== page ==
News & Events02/02/2015
Hospital Elder Life Program aims to prevent confusion
As a volunteer gently helped Eva Fields sit up in her hospital bed, the 87-year-old patient promptly stood up and starting doing tai chi.
“Come on, move your body,” Fields told volunteer Quinn Watson as both women glided their arms back and forth. “Don’t forget to breathe.”
Fields, at Meriter Hospital this month for an infection in her leg, is one of many hospitalized older adults at risk of developing delirium, a sudden state of confusion or altered mental state that can be triggered by illness, medication or being in a strange environment.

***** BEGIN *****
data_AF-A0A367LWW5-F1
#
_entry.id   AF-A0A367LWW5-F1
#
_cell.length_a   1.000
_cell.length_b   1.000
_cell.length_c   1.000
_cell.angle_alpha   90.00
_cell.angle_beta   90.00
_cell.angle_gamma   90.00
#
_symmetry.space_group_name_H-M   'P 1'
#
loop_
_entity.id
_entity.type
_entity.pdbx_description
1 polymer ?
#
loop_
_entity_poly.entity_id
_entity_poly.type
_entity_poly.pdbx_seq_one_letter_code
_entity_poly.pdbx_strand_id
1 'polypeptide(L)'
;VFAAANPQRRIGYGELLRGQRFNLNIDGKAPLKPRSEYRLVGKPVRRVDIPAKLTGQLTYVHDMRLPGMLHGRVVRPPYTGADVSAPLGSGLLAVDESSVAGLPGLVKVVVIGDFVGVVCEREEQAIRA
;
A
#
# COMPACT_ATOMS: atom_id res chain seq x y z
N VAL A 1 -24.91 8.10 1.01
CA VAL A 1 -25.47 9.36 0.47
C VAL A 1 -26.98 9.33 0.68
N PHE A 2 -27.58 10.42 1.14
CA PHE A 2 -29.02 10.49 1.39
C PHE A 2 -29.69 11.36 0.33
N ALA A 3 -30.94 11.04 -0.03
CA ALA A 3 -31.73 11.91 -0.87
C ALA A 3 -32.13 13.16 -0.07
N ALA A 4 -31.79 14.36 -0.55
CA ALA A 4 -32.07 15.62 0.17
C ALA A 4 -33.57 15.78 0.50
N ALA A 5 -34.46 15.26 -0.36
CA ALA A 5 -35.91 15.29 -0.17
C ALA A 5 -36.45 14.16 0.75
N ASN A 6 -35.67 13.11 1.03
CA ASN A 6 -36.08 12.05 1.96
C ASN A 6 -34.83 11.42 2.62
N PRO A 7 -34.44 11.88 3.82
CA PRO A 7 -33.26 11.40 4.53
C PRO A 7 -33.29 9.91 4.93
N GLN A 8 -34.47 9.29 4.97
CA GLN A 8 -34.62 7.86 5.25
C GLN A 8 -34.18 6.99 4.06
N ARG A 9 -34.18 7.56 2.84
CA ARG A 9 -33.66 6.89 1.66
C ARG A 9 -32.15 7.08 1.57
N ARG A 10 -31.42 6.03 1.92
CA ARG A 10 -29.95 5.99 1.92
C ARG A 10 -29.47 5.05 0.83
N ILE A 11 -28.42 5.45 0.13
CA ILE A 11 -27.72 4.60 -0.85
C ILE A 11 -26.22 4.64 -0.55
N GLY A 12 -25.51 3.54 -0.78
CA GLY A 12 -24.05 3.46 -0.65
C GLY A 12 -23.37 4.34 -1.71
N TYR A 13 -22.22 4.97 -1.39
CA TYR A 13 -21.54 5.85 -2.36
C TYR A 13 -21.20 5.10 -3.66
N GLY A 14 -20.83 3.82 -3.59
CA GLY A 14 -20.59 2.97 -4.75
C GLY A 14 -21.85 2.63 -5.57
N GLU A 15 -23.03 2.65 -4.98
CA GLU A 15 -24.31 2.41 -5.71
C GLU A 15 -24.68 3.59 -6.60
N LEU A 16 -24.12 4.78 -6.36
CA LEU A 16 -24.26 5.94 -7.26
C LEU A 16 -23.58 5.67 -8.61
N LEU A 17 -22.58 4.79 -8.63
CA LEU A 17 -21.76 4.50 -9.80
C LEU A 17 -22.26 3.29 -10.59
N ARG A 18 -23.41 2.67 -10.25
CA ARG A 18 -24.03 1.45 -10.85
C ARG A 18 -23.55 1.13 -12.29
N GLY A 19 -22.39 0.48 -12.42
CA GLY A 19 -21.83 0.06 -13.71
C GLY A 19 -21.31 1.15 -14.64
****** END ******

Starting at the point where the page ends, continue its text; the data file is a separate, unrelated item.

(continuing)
Watson, 24, is one of more than 50 volunteers at Meriter who check in on such patients at least once a day. The volunteers help the patients eat, talk, walk, exercise in bed, play games, listen to music, get comfortable, relax at night and otherwise try to stay mentally healthy.
The service, called Hospital Elder Life Program, or HELP, is designed to prevent delirium and related complications, such as dehydration, falls and bedsores. It can save more than $800 per patient per year in hospital costs, plus thousands more in nursing home costs, according to the Aging Brain Center in Boston, which oversees HELP.
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